Louis Faurer (1916–2001) was born in Philadelphia, whose street life he began photographing in 1937 with a 35mm Kodak Vollenda. Faurer moved to New York in 1947 where he worked for Harper’s Bazaar under Alexey Brodovitch, as well as for other fashion publications.
“Faurer initially worked for fashion magazines such as Harper’s Bazaar in New York, but soon focused his eye on the enchanting city itself: “Everywhere a new discovery awaited me.” Here Faurer made poetic, darkly romantic images of the characters of the street, often the poor and lonely amidst the bustle of Times Square during what he called its “hypnotic dusk light.”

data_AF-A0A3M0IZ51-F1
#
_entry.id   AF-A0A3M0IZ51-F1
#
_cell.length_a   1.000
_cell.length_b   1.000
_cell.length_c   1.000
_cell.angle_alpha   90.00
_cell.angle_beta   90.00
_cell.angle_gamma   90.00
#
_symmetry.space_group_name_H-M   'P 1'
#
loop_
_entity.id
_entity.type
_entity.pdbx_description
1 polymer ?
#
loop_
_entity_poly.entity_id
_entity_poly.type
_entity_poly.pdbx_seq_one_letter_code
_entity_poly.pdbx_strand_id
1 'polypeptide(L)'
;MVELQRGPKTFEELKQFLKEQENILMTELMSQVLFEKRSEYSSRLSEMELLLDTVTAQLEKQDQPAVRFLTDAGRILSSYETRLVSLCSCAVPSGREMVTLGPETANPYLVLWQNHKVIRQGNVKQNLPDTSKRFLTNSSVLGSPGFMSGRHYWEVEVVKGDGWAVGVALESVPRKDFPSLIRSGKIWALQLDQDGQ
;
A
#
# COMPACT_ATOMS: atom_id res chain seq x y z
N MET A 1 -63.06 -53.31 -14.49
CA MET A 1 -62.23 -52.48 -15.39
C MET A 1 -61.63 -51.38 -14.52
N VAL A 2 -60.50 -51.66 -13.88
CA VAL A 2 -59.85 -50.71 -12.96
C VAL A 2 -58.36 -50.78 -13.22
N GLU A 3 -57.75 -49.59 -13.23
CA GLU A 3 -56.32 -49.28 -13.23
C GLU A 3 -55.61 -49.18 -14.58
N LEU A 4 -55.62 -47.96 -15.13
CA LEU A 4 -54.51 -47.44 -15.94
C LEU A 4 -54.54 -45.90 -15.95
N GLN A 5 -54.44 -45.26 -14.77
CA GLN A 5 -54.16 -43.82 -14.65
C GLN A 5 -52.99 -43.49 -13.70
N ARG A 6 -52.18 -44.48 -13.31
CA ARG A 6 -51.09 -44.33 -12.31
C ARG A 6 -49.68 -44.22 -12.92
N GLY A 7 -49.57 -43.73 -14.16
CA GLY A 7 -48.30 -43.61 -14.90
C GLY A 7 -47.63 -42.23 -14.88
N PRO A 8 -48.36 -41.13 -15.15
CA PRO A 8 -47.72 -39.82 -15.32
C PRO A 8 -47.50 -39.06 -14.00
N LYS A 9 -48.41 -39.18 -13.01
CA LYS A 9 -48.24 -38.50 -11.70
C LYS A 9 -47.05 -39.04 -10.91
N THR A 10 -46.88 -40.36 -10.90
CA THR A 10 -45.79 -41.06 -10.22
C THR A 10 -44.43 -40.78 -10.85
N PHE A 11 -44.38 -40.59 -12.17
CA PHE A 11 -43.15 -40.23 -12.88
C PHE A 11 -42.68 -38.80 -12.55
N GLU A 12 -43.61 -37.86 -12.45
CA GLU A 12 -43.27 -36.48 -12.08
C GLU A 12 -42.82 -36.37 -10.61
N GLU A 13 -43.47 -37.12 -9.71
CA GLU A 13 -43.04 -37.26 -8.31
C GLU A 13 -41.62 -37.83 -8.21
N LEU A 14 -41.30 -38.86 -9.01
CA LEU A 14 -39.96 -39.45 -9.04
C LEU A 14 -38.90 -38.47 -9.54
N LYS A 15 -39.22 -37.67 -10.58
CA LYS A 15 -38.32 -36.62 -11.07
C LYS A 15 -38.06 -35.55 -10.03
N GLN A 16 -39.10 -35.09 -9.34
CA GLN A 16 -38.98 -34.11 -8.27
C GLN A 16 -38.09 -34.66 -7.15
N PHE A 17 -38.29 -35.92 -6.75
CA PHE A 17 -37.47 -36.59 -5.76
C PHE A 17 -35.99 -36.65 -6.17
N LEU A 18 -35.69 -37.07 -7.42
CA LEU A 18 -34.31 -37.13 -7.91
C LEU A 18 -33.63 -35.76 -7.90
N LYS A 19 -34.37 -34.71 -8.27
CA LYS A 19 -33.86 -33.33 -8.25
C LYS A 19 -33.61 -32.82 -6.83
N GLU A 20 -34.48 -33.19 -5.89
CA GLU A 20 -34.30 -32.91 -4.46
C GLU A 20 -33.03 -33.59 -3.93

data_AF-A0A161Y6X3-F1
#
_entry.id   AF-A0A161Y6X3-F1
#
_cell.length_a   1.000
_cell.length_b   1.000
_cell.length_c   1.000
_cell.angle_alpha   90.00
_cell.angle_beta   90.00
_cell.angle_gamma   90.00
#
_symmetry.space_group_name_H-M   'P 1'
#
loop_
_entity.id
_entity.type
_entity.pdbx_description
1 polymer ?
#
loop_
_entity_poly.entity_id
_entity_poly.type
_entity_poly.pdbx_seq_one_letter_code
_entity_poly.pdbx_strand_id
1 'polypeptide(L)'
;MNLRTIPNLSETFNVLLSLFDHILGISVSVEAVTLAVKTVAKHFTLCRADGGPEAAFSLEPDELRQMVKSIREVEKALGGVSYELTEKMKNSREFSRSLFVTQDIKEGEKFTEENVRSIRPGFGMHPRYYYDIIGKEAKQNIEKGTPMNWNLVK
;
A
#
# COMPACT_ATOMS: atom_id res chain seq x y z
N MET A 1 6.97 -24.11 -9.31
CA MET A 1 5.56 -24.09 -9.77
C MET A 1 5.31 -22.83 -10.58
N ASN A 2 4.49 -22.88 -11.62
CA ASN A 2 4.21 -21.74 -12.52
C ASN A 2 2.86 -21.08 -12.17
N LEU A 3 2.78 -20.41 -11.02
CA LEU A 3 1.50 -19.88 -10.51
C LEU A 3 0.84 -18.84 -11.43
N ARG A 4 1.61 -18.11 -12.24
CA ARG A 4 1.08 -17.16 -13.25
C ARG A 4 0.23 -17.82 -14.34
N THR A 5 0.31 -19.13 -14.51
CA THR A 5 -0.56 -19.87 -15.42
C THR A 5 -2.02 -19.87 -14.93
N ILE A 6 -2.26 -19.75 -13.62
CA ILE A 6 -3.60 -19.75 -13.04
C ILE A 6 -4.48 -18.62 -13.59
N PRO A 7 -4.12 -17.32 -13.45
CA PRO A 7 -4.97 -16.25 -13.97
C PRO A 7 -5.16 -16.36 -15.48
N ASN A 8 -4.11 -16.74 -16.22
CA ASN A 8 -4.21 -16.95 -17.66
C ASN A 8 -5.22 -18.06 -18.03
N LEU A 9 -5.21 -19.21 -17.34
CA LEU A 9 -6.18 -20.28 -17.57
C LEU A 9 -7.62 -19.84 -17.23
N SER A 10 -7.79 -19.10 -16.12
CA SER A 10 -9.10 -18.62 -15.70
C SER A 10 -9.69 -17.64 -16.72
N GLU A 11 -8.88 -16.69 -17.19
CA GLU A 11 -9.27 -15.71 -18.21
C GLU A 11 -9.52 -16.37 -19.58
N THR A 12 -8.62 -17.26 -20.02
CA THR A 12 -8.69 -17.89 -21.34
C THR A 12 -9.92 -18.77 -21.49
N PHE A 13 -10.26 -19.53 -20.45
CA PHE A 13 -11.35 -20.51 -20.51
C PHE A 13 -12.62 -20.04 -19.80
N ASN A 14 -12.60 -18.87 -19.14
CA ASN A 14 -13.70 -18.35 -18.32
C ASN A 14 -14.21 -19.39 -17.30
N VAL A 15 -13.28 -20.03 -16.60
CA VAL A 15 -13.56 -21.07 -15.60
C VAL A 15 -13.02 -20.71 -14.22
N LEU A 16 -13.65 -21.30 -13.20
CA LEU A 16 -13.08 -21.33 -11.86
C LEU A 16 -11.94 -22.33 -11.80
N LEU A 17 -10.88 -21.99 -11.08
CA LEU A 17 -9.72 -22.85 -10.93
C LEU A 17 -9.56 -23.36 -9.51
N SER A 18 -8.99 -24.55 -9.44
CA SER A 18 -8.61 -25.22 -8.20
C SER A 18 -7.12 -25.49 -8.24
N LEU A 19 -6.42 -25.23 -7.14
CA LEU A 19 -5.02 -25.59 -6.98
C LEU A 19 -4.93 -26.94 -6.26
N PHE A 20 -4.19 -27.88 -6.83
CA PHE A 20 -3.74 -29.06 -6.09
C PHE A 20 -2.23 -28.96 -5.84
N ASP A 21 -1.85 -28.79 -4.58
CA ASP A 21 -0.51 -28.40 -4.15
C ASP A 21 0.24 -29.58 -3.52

Inspired by Walker Evans, Faurer developed a personal, highly empathetic vision, comparable to that of Robert Frank, with whom he shared a loft and darkroom in his early New York days. Faurer solidified his ironic, brooding aesthetic in the ’50s, often employing graphic contrasts, reflections and distortions which show the influence of film noir and deepen his exploration of the psychology of the individual – “My eyes search for people who are grateful for life, people who forgive and whose doubts have been removed, who understand the truth, whose enduring spirit is bathed by such piercing light as to provide their present and future with hope.” Publisher’s Info
1. Edition 09/2016 | 208 pages, 100 images | Hardback / Clothbound | 17.2 x 23.3 cm.